HPV vaccination information
As physician assistants, parents and children trust you to make healthcare recommendations. One of the most important things you can do is have conversations with parents about the importance of the HPV (human papillomavirus) vaccination. HPV is the most common sexually transmitted infection and can cause many types of cancer. Studies show that healthcare provider recommendation has a strong effect on a parent’s decision to immunize their child. The vaccine is recommended by the American Academy of Pediatrics and the Advisory Committee on Immunization Practices for both males and females ages 11-12. It can be administered to anyone ages 9-26. Because the vaccine has no therapeutic effect on HPV disease, it will not treat already existing HPV. For this reason, it is important to vaccinate adolescents long before their sexual debut to ensure full protection. Most North Dakota adolescents do not complete the vaccine series until age 16-18, if at all, which leaves many of them unprotected from HPV during their sexual debut. Results from the 2011 North Dakota Youth Risk Behaviors Survey (YRBS) show that 25 percent of North Dakota 9th graders have had sex and by 12th grade, the percentage increases to 62 percent. In North Dakota, only 12.3% of people ages 9-18 have completed the three-dose vaccination series. According to a survey done by the American Academy of Pediatrics, parent concerns over vaccine safety is the biggest barrier for pediatricians to address. The other main barrier cited by the survey is the three-dose vaccination series, where patients must come back in to the provider for the second and third doses.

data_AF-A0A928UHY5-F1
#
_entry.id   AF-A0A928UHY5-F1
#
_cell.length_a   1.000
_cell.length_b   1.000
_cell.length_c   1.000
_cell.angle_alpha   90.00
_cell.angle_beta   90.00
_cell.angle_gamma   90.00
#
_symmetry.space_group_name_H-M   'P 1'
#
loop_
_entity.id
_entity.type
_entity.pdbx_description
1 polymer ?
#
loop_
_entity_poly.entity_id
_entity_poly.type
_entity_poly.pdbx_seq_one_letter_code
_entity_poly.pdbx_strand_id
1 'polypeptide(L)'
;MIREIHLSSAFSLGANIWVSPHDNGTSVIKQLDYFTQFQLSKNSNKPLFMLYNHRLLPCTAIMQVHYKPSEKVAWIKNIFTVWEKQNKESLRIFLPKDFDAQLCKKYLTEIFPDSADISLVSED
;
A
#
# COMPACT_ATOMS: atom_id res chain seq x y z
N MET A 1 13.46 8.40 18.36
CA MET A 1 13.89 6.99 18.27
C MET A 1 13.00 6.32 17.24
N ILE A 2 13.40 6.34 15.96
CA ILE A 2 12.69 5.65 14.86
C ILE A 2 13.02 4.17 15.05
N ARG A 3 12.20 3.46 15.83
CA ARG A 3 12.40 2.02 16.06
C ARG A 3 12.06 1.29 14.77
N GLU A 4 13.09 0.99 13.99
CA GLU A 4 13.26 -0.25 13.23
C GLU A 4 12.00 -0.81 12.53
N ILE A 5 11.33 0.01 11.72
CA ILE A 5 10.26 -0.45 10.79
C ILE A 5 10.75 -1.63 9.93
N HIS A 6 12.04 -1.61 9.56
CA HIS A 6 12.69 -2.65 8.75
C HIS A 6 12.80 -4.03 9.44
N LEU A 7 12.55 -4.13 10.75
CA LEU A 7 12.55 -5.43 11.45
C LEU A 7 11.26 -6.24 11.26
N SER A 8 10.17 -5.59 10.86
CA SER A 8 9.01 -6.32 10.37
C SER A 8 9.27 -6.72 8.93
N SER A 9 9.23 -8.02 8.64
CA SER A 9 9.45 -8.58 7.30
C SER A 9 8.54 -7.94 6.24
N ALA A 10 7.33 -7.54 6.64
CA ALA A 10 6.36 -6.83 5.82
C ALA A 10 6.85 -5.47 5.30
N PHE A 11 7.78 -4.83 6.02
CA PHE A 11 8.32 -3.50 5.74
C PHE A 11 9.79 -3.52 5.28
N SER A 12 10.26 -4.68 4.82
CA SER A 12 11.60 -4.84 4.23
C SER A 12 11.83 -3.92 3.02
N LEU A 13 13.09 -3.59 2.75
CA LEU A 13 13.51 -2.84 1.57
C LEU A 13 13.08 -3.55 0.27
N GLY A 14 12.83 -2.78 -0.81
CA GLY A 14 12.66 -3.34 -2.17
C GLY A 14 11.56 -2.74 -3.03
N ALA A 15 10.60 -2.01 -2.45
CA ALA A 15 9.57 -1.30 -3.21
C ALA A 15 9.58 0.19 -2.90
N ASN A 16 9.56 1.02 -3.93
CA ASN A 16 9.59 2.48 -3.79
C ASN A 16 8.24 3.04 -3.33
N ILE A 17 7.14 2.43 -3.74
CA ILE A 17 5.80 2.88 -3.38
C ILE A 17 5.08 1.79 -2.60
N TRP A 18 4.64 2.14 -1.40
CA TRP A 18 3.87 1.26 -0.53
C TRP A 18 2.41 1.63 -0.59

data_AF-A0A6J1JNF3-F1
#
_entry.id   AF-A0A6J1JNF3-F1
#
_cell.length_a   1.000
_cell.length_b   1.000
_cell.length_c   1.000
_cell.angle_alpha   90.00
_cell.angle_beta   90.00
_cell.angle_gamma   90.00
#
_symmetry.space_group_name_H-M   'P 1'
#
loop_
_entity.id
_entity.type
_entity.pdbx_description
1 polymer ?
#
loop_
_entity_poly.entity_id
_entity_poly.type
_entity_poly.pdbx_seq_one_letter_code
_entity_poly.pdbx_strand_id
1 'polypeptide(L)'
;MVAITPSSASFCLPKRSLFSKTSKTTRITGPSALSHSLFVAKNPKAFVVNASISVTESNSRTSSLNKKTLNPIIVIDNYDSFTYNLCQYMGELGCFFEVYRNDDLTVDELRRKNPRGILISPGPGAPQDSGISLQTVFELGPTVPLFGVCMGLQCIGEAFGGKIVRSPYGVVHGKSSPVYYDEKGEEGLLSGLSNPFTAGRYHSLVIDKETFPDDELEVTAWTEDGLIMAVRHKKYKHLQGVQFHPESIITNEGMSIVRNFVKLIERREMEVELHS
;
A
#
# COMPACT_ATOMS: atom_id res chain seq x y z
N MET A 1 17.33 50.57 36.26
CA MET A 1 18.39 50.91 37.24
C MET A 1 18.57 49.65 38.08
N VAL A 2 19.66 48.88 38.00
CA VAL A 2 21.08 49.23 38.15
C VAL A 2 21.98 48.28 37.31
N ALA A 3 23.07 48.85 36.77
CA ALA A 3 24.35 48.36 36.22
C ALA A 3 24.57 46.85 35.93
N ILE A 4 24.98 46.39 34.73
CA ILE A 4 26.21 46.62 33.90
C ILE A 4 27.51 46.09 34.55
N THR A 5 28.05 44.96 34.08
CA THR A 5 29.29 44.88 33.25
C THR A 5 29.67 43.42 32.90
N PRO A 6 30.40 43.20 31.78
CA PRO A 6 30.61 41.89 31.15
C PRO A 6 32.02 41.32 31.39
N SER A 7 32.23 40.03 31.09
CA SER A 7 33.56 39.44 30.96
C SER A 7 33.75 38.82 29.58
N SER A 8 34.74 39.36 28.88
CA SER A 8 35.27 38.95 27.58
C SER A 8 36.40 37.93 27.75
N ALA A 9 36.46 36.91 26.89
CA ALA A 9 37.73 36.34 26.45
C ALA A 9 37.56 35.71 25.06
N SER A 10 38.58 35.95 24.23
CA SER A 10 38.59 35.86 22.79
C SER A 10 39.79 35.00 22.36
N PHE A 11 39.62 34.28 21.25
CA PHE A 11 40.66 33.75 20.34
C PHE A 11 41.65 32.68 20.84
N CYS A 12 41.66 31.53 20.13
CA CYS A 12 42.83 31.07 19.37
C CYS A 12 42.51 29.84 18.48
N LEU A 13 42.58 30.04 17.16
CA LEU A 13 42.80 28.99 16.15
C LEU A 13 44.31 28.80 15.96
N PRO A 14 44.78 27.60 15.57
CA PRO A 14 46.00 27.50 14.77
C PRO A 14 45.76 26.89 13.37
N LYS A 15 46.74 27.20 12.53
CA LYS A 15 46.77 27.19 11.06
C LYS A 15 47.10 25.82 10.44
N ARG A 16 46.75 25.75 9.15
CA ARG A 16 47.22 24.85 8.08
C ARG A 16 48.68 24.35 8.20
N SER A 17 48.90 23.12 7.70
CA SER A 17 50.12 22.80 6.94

What can you do to increase HPV vaccination rates in your practice?
- Start the conversation with parents early to get them thinking about upcoming vaccinations. Give them time and resources to learn more about the vaccine before making the decision to vaccinate their children. Be sure to address safety concerns and point to resources with vaccine safety information.
- Remember that both males and females should be vaccinated. Research links HPV the following cancers: cervical, oropharyngeal, anal, penile, vulvar and vaginal. Vaccinating males and females protects both against cancer and genital warts.
- Check patient’s vaccination records whenever they come in, even if it is for an unrelated visit. Capitalize on opportunities to begin and complete the vaccination series.
- Have patients schedule their next appointment before they leave your office, especially if they need to return to complete the vaccination series.
- Send reminders to patients who are due for their next dose.
- Utilize the links to resources below to educate parents about the vaccine.
- Contact the North Dakota Department of Health at 701-328-3046 for additional information/resources.